“Confronting concern”

François d’Aubert © S.Chivet/CSI
François d’Aubert © S.Chivet/CSI

In north-east Paris, the Cité des sciences et de l'industrie sees itself as a centre for disseminating a culture of science, where knowledge is accessible to all. Currently on the agenda is an extensive ‘health programme' that starts off with Epidemik, a surprising exhibition on the subject of epidemics. We talked with François d'Aubert, President of the Cité de la Villette.

You are holding a major exhibition on epidemics (1), a subject that could be rather off-putting. Do you not fear your visitors might be rather wary of the subject?

What we are not afraid of is trying to provide answers to the questions people ask in the field of science and research as well as in the social dimension. Epidemics arouse concerns. They are something that can appear suddenly and spread rapidly - even worldwide.

So they are a real problem of society that is part of the globalisation of health. But it is a subject on which it is possible to exercise scientific and political control. Vaccination - where possible - prevention, information and our collective responsibility and behaviour can limit the impact of epidemics.

This is very much an interactive exhibition, in particular through what appears to be a very innovative game.

Our aim is to improve understanding of complex notions through a simple means of communication. The exhibition is based on interactivity. There is nothing new about this as such, but here it is used in a very original way. It is the visitor's own body that, as result of his or her movements, is enabled to interact with others. Scientific advisers helped create the game that presents five epidemic scenarios providing information on the pheno - mena of contamination, protection, and sometimes very simple preventive hygiene measures that today's lifestyles tend to cause us to forget. We want the visitor to leave the exhibition with a clear understanding of what epidemics are and how to respond to them and protect oneself.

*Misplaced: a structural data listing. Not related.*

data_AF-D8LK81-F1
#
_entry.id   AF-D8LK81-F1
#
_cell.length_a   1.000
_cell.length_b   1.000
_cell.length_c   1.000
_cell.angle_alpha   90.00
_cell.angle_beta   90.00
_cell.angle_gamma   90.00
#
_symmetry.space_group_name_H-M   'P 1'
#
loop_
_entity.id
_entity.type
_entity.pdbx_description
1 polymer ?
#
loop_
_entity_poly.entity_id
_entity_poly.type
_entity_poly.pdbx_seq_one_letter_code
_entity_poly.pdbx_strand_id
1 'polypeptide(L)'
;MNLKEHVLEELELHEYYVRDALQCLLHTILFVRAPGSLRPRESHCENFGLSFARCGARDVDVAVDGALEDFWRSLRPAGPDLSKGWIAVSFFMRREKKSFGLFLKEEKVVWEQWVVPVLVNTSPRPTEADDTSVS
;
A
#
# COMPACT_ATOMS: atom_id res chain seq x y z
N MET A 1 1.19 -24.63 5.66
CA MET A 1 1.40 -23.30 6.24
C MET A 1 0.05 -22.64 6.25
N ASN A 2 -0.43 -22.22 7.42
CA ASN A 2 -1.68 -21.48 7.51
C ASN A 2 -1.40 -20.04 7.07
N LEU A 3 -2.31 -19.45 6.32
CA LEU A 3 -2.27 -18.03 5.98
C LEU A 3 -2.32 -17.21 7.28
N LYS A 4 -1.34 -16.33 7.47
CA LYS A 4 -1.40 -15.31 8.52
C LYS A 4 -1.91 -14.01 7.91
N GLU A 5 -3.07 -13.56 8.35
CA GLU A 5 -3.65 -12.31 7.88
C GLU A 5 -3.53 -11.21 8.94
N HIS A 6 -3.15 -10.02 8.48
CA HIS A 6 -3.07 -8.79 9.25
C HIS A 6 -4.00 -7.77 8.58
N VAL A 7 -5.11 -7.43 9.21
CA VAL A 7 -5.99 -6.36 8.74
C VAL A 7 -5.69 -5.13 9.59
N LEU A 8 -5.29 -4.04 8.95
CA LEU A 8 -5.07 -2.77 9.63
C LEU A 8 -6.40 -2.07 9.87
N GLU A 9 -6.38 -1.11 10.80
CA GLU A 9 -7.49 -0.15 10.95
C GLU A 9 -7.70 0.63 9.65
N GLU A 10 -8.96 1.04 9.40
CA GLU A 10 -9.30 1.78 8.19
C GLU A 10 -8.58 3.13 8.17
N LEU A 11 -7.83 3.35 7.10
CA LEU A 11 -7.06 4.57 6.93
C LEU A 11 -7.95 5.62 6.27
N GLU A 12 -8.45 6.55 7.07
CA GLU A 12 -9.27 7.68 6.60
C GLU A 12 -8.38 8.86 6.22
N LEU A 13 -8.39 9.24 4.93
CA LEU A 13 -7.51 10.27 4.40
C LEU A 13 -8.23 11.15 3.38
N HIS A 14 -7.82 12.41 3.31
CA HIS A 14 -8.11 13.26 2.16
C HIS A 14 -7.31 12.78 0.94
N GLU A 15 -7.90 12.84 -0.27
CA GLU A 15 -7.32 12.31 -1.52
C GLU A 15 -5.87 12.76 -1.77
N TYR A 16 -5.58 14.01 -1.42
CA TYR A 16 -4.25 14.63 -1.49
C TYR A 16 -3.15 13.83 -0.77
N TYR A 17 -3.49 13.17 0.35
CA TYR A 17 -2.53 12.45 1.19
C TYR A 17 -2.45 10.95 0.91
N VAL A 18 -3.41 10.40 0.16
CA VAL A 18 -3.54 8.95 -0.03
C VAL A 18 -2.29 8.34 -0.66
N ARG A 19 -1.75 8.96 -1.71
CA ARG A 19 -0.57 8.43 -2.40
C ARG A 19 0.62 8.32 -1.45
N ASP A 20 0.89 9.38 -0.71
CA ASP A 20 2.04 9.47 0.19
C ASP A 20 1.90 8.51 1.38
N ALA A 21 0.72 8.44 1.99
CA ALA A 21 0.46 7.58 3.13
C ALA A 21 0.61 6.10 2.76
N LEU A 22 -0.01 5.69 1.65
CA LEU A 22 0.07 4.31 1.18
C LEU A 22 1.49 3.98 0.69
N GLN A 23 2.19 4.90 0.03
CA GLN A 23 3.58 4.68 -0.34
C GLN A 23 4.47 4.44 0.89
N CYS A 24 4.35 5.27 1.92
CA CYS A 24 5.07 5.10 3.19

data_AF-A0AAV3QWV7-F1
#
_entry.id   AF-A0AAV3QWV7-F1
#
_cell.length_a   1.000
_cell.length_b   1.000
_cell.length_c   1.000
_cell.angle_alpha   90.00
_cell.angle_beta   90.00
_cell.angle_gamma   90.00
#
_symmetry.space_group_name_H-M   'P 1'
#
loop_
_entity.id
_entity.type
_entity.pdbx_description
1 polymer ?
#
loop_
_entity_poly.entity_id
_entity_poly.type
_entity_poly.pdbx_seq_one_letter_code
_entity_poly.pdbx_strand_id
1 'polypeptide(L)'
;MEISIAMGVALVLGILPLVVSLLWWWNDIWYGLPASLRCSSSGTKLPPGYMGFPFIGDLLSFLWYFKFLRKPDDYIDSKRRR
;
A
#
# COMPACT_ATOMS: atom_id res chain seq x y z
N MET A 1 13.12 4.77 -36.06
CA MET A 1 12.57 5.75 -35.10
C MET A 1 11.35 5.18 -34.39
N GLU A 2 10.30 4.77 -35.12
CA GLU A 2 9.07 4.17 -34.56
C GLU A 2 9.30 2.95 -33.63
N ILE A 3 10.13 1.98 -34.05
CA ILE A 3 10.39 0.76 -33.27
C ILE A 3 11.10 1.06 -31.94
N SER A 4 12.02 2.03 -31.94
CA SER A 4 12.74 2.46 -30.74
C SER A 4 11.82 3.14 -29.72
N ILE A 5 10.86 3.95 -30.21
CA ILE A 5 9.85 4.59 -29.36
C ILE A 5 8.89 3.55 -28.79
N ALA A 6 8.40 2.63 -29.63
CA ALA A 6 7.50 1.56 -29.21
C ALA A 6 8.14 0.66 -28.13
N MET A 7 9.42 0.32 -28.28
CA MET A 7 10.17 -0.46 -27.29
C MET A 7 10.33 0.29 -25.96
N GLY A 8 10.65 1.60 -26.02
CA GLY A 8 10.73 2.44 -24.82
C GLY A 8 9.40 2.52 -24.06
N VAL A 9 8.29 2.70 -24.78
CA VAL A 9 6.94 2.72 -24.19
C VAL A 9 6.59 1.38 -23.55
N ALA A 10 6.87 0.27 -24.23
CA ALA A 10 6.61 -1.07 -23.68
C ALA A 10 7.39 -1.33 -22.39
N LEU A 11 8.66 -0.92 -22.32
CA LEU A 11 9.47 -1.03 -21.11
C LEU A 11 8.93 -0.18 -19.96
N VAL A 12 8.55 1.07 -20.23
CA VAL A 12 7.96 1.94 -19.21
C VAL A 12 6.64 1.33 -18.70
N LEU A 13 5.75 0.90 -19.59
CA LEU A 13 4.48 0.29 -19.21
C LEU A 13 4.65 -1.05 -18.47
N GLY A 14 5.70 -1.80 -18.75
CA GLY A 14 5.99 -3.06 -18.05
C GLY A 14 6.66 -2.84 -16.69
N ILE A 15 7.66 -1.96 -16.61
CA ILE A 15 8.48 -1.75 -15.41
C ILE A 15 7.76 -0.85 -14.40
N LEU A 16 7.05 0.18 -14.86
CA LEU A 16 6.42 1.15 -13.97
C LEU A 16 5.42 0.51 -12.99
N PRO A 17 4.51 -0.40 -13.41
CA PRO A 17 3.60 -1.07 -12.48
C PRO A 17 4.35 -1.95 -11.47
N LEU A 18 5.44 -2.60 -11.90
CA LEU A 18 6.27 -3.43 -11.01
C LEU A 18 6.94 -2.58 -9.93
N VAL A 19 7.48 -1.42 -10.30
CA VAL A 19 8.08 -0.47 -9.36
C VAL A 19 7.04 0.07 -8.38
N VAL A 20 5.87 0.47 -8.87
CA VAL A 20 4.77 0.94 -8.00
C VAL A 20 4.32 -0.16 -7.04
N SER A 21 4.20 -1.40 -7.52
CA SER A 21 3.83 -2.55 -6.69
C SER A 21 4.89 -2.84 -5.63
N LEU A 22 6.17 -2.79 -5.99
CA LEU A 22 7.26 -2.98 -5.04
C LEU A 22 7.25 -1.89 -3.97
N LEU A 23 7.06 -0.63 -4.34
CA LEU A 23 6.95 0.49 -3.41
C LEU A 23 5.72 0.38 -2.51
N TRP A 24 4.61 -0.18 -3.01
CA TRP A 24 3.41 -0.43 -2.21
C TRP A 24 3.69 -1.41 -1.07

Will the exhibition be travelling elsewhere?

A number of European science centres are already interested in it. When we organise an event on a scale such as this we seek from the start to ensure that it can be exported, if not entirely then at least in part. The content is also available on the Internet, which enables persons interested in the subject to deepen their knowledge. The international conference on health and globalisation organised to mark the opening of Epidemik will be available online on the website.

The Cité is bordered by neighbourhoods with a broad social and ethnic mix. Will you reach the people who live there?

Absolutely. The Cité is rooted in its immediate environment. In addition to the exhibitions there are a number of thematic areas designed to meet the real needs of society, such as the Cité des métiers that allows visitors to explore different vocational orientations, the Carrefour numérique that is helping to combat the digital divide by facilitating access to computers and the Internet, and the Cité de la santé that provides advice, guidance and information. We also have one of the biggest scientific libraries in Europe.

Our role is to make access to scientific and technological culture more democratic by seeking to provide answers to the questions people ask. This is indeed the strength of the Ecsite network of European science centres and museums that shares these ambitions.

How will you evaluate your work?

Our Public Observatory carries out continuous visitor surveys using qualitative evaluation methods. We assess the level of satisfaction, the success of what we present and also the way our messages are perceived.

Evaluations are also discussed in the framework of the coordination between European science centres. We would like to eventually have a measurement tool which could be shared at the international level.

Interview by Christine Rugemer

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